Lane leverages key spot for Bassmaster Open lead on Watts Bar Reservoir

Bobby Lane didn’t want to overstay his welcome, but protecting a special spot allowed the Lakeland, Fla., pro to bag a limit of 15 pounds, 2 ounces to lead Day 1 of the St. Croix Bassmaster Open at Watts Bar Reservoir.

In a tight Top 10 with 2-7 separating first place from 10th, Lane leads second-place Tyler Williams by 3 ounces.

“The problem with where I was this morning was I caught ‘em quick and there were about eight boats around, so I couldn’t leave the spot,” Lane said. “That was where the fish were and the minute I left they would go right there because no one was catching anything around me.

“I would have loved to have had the place to myself where I could have caught five and gotten out of there. As tough as it is to get bit out here right now, I really wish I could have saved some of those fish for Day 2, but I couldn’t leave as early as I wanted to.”

Having grown up fishing Florida’s grassy lakes, Lane said he enjoyed fishing familiar habitat, although he had to adjust his Sunshine State tactics for local scenarios.

“I felt at home, but it doesn’t fish like home,” Lane said. “The grass fishes differently and it sets up differently. There are so many different kinds of grass here. Back in Okeechobee, we have hydrilla and eelgrass. Up here, you have coontail, you have hydrilla, you have milfoil, you have this leafy grass and it’s all mixed together.

“A lot of it’s matted up and some of it’s thin and you kind of had to fish your way through in practice to figure out which grass they wanted. After today, I decided they didn’t care which grass it was. You just had to fish your backside off.”

An early topwater bite with the new Berkley Swamp Lord popping frog in the copperhead color yielded seven keepers, two of which crossed the weigh-in stage. Lane ended up filling his limit by fishing Texas-rigged Berkley Powerbait plastics.

“I hadn’t caught many on topwater this week,” he said. “But this morning, one of those big ones came on the frog. Right after that, one came up schooling, so I threw over there and caught it. It was a 2 1/2-pounder.”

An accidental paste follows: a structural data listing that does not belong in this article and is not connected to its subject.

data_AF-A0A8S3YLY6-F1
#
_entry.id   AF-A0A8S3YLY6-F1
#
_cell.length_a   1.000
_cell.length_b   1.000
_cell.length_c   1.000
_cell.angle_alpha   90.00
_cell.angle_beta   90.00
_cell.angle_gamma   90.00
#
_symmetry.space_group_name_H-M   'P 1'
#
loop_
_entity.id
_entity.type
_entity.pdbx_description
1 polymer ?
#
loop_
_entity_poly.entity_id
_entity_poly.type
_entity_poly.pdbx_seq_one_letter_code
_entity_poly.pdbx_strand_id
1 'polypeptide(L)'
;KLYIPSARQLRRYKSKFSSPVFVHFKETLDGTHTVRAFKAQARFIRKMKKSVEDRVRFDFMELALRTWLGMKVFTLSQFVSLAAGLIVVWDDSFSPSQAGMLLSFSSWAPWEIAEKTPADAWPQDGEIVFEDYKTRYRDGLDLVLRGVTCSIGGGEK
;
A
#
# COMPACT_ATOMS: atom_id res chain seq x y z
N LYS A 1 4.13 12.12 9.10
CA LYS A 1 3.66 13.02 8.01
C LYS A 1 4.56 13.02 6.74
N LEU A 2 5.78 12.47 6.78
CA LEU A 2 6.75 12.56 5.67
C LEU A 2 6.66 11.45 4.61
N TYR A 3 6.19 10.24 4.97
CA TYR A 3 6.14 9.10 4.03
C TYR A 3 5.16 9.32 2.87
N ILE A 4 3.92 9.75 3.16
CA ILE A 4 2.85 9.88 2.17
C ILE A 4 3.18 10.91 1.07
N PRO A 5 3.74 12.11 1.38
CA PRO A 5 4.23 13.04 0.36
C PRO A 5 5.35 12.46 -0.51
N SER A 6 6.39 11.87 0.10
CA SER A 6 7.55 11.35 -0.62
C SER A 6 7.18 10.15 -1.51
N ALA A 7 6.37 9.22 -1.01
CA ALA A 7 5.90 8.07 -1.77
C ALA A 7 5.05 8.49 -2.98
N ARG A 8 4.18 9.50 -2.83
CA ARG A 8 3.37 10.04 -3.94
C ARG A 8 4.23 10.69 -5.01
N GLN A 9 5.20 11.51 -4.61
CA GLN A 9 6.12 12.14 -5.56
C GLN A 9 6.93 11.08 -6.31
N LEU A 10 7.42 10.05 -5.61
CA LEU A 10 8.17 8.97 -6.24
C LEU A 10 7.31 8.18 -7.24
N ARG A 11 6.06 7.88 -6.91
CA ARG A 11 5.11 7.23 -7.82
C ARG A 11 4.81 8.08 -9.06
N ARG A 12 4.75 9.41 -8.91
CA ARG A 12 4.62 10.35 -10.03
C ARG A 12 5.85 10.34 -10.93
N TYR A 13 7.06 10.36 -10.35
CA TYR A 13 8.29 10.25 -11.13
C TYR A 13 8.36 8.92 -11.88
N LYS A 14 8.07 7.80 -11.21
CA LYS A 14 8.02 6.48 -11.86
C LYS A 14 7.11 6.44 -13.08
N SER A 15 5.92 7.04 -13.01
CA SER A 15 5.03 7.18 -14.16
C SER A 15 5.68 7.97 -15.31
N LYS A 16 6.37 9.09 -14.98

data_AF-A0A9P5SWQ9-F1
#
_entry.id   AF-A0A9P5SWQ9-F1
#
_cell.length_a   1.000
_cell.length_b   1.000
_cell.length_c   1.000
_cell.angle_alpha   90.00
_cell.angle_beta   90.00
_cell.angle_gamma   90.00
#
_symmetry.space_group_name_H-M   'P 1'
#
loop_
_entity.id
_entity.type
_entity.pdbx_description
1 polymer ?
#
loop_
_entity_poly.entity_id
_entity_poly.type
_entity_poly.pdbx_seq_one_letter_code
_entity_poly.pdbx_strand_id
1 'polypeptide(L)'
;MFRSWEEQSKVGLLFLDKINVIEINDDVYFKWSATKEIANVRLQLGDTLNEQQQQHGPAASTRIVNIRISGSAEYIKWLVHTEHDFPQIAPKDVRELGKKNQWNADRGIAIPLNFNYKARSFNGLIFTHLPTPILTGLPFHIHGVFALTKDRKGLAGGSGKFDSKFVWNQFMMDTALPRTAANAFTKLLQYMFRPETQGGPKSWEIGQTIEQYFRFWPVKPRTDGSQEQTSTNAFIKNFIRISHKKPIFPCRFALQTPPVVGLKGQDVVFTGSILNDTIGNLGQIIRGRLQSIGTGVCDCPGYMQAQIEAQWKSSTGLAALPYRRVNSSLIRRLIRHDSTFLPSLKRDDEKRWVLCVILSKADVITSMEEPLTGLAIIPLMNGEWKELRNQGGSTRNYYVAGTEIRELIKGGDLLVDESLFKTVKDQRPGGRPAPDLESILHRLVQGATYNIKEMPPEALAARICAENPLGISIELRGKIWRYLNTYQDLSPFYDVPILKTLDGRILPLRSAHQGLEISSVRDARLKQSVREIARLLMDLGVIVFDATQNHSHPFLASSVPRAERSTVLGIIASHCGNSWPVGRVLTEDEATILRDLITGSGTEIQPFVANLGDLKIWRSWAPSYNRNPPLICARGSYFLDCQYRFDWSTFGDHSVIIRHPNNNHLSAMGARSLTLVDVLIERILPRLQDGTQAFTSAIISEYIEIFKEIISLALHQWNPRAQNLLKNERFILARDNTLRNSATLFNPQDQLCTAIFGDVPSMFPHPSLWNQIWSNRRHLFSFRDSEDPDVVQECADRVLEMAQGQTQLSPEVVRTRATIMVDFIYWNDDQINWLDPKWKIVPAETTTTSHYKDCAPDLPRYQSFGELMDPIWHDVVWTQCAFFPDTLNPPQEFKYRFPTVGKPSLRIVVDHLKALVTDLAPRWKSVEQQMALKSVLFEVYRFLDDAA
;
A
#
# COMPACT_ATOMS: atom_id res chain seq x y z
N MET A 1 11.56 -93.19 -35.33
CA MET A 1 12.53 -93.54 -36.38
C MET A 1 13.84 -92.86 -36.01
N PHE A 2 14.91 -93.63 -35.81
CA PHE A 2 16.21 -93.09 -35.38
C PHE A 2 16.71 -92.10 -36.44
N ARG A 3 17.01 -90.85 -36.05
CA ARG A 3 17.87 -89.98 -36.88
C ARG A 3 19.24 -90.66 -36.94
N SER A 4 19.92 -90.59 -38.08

Notably, Lane said he initially had not planned on fishing what turned out to be a surprisingly productive area.

“It finally clicked today. It was a tough practice, and I only had a limit one day,” Lane said. “I shook a few fish off (in practice) and I said, ‘Man, I've got to go back.’

“I put that Power-Pole Move trolling motor on about 10 and just cruised through that grass.”

Lane said the key to maximizing his main area’s productivity was dialing in a specific habitat element. Once he finally yielded his spot, he did so for the purpose of checking on a possible Plan B that might serve his Day 2 objective.

“I left one little area alone today. I ran into it, made one cast, caught one almost 3 pounds and left,” Lane said. “I’m hoping that will pan out for tomorrow.”

Hailing from Belgrade, Maine, Williams is in second place with 14-15. He did most of his work without his trolling motor and Power-Poles, which stopped functioning early into his day.

Anchoring his bag with a 4-12, Williams salvaged his day by drifting across promising areas and doing his best to fish as many isolated targets as he could. Defining resilience, Williams overcame what he termed the most mentally taxing day he’s ever spent on the water and made the best of what he had to work with.

“I don’t get spun out on the water and I was getting spun out today,” Williams said. “I nearly gave up this morning, but I sat down, ate some Jack’s Links beef jerky — the barbecue flavor — and gave myself a pep talk.

“I figured the best thing to do was to fish areas with these isolated targets — a stump, a brushpile, a grass clump — but because I couldn’t use my trolling motor, I couldn’t turn my (forward-facing sonar transducer), so I had to lean over the bow and turn it by hand. I nearly fell in three times.”

Dale Hightower of Mannford, Okla., is in third place with 14-8. Similar to Lane’s story, Hightower was not planning to fish the area that carried his first-round effort, but a last-minute decision delivered surprisingly favorable results.

“I almost didn’t go to this spot, but then I thought, ‘No better than what my practice was, I’d better go,’” Hightower said. “I never really keyed in on a topwater bite all through practice. It happens early and it’s only a short window. In practice, I don’t think I was getting out there early enough to cover enough water to see.

“I got 15 bites doing that today. Later in the day, I just went fishing in the area where I’d caught some fish in practice. I just slowed down and caught them on finesse baits.”

Jason Abram of Piney Flats, Tenn., is in the lead for Phoenix Boats Big Bass honors with his 4-14.

Darren Kelly of Wartburg, Tenn., leads the co-angler division with 6-14. With a 3-pounder boosting his day’s efforts, Kelly said diversity was the key to his success.

“We did a little bit of everything today,” Kelly said. “I had a fish on every bait I threw. I’d catch one flipping, then I’d turn around and catch one on a shaky head, then I’d turn around and catch one on a ChatterBait.

“I was rotating a lot of rods and the good Lord gave me three keepers. That’s what I needed.”

Kelly caught his big fish around 12:30 p.m. by flipping a Berkley Havoc Pit Boss with a 5/16-ounce tungsten weight.

Harold Addison of Columbia, S.C., holds the Phoenix Boats Big Bass lead among co-anglers with a 3-4.

Friday’s takeoff is scheduled for 7:15 a.m. CT at Kingston Boat Ramp. The weigh-in will be held at the ramp at 3:15 p.m. Full coverage will be available on

The City of Kingston is hosting the tournament.